Black Triangle and DPAC appeal briefing for peers in advance of the Welfare Reform Bill’s return to the Lords on Tuesday

Paul Reekie, poet, author, iconoclast, Leither. Paul took his own life following an Atos/DWP Work Capability Assessment. The Black Triangle Campaign was founded in his memory

The following is a briefing statement prepared by the Black Triangle Campaign with the support of Disabled People Against Cuts (DPAC) for members of the House of Lords who have supported the amendments to the Welfare Reform Bill. 

If you agree with the contents of the communication simply copy and paste it to an email and send it to all Labour and Cross Bench peers on the contact list which we have published immediately below the text.

You may wish to print this out and post it by first class mail to arrive at the House of Lords tomorrow morning (House of Lords, London SW1A OAA) – to those Lords who do not have a published email address. The debate on the Commons’ response to the Lords’ amendments is scheduled to commence at 2.30 tomorrow afternoon – Tuesday 14th February 2012 – so there is still time if you act now.

The more of you who participate in this mailing exercise, the better our chances that peers will dig their heels in and insist upon their amendments to the bill being reconsidered by the Government and a compromise arrived at.

If no compromise is reached, and the bill is not passed before April, it will fail and the Government will have to reintroduce it next year invoking the Parliament Acts in order to pass it into law without the consent of the members of the upper house of our legislature.

This outcome would constitute ‘a stay of execution’ for millions of our sick and/or disabled people who will be severely and adversely affected by these cuts and would grant us precious time in which to campaign to overturn these wicked Government policies.

The tide may yet turn. We must never give up hope or our struggle to realise full respect for the human rights, inclusion and equality of disabled people within our society.

It’s in our hands. Let’s have one last push now and hope that fate and fortune will meet us halfway. 

At least we will always be able to say that we hoped against hope and struggled through to the very last, leaving no stone unturned.

Whatever the outcome, we will be able to feel proud of that. And we will NEVER give up our struggle until our full human rights are restored to us.

We are the custodians of our past and today we continue to make OUR history.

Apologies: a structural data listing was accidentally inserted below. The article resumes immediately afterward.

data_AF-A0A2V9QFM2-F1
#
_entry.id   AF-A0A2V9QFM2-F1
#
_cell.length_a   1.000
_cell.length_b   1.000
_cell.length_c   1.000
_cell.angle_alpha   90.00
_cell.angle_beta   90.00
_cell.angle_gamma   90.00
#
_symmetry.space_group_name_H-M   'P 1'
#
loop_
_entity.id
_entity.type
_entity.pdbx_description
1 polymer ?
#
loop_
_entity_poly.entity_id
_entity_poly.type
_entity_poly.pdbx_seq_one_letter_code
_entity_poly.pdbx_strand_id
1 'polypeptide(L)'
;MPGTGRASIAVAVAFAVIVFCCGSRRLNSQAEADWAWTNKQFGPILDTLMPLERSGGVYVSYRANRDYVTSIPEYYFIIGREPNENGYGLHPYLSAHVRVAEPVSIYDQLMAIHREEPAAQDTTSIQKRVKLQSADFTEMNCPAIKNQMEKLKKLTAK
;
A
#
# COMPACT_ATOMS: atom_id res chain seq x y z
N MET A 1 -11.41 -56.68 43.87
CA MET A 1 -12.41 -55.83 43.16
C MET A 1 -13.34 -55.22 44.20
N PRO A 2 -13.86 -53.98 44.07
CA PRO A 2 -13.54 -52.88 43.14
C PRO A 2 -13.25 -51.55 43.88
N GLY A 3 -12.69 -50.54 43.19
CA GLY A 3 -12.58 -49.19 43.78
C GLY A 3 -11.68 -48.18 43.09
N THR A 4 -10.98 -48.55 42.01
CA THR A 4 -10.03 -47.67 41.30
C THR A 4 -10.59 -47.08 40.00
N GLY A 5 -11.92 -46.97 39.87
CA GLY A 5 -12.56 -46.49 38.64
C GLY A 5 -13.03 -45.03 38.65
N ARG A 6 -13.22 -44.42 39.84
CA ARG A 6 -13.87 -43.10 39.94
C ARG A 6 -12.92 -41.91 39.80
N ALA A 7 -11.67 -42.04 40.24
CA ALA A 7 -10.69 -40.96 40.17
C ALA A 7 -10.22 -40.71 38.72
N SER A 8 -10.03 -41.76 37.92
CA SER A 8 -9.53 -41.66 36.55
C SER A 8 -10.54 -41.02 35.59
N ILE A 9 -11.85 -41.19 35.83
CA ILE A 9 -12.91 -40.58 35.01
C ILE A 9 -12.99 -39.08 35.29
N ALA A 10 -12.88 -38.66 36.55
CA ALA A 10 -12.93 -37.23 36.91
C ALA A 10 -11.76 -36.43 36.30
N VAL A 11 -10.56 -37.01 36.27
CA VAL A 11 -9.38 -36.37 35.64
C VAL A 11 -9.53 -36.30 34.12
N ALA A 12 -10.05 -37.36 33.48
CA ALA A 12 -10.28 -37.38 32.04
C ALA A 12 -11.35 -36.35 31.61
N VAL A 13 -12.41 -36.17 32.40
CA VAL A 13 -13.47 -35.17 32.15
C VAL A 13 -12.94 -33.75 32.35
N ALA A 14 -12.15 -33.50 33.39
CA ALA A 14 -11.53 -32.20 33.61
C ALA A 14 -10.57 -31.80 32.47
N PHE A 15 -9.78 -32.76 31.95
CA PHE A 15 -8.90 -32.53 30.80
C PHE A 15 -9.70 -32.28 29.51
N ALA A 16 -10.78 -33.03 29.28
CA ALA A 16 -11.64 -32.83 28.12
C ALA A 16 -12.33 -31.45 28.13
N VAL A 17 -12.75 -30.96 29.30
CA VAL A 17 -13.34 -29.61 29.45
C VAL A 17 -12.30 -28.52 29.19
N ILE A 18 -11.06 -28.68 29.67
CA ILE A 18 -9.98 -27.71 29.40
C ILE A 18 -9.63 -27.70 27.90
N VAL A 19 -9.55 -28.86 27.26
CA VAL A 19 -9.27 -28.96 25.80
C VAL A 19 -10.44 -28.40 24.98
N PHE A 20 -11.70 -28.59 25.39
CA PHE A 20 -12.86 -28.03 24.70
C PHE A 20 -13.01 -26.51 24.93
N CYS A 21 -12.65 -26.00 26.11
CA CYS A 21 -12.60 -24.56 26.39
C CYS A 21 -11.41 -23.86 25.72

Yours in solidarity always,

Black Triangle Anti-Defamation Campaign in Defence of Disability Rights

P.S. Please share and share and share and use the hashtag #reekiebrief on twitter 

In recent weeks, members of the House of Lords have worked exceedingly hard to fulfil their duty to scrutinise the Government’s proposed Welfare Reform Bill. 

You scrutinised the bill line by line, examining the minutiae and weighing in the balance the likely effects its proposals would have on all our sick and/or disabled people were it to pass in its current form. 

The amendments which you have made to the bill are both modest and wise. 

They came into being as a result of careful examination of all the facts before you and a matching degree of excellence in your conscientious deliberation upon the issues it raised. 

The seven amendments which you have made are crucial to the continued preservation of the health and well-being of literally millions of our citizens, a great  multitude of whom must be numbered among some of the most vulnerable people in our society today.

As disabled people, we will be forever grateful to you for voting for these amendments and for speaking out on our behalf. In so doing, you have acted as guardians of the national conscience and as a true friend of disabled people. 

When we spoke to you, you listened to us carefully and you acted to protect us from harm. 

For all this you must be, rightly and justifiably, immensely proud of the work you have done and we wish to thank you from the very bottom of our hearts. 

The scale of opposition to the bill 

As is well known, the Welfare Reform Bill enjoys precious little or indeed no support whatsoever from disability charities or campaigners; disabled people’s organisations, professional bodies, the trade union movement or religious  organisations.